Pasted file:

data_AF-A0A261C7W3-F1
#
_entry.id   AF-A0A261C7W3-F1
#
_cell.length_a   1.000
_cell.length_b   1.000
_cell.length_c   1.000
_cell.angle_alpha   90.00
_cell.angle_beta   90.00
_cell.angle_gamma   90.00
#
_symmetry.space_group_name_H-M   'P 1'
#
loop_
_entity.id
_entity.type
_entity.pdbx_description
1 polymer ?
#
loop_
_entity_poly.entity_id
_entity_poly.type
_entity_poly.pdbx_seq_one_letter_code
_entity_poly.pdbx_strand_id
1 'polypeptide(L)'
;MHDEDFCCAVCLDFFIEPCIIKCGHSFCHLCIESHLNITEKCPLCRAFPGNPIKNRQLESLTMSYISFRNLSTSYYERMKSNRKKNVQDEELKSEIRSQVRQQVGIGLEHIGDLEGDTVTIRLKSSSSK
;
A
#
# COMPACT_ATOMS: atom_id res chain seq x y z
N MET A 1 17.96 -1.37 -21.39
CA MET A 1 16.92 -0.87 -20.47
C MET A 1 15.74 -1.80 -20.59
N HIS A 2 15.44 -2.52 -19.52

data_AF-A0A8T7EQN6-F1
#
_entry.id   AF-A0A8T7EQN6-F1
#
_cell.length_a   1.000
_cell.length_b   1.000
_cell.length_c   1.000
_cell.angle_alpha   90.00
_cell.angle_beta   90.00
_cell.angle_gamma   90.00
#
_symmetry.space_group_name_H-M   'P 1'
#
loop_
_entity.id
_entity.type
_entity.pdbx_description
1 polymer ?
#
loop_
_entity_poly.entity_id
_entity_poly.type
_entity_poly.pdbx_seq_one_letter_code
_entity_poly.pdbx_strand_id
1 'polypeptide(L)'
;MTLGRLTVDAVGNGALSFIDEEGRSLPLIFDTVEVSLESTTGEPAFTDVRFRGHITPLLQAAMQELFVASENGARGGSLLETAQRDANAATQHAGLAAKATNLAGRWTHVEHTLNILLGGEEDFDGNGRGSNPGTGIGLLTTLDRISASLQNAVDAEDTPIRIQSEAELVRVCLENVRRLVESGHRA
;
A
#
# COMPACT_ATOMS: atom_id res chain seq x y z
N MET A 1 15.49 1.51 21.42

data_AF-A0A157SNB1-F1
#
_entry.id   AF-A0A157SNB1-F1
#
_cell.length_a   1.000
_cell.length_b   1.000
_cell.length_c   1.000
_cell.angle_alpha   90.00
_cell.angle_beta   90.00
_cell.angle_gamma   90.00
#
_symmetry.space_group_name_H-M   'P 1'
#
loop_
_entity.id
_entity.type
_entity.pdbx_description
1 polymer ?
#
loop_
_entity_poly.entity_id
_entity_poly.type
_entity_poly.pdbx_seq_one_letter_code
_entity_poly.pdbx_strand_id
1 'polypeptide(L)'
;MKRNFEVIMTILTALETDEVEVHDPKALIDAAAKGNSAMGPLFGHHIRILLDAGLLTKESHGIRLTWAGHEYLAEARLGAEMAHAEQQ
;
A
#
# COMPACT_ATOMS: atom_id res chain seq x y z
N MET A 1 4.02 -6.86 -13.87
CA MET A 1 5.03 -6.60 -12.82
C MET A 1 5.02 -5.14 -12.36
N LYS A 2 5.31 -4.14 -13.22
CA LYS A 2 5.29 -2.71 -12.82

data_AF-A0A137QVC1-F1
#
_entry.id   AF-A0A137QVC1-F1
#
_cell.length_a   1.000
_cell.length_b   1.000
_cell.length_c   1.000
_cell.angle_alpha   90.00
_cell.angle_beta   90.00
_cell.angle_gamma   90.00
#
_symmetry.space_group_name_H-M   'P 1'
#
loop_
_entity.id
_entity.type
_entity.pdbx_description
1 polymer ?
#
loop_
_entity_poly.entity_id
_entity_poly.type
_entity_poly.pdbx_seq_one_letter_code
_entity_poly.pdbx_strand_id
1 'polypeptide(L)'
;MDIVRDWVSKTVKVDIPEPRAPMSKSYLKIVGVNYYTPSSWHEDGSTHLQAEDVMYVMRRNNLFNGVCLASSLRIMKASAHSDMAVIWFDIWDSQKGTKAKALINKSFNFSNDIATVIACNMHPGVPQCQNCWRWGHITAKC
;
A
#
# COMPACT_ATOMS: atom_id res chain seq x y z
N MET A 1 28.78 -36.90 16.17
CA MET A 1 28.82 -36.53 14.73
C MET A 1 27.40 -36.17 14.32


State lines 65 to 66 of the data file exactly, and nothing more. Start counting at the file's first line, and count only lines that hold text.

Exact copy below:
N MET A 1 15.49 1.51 21.42

data_AF-A0A157SNB1-F1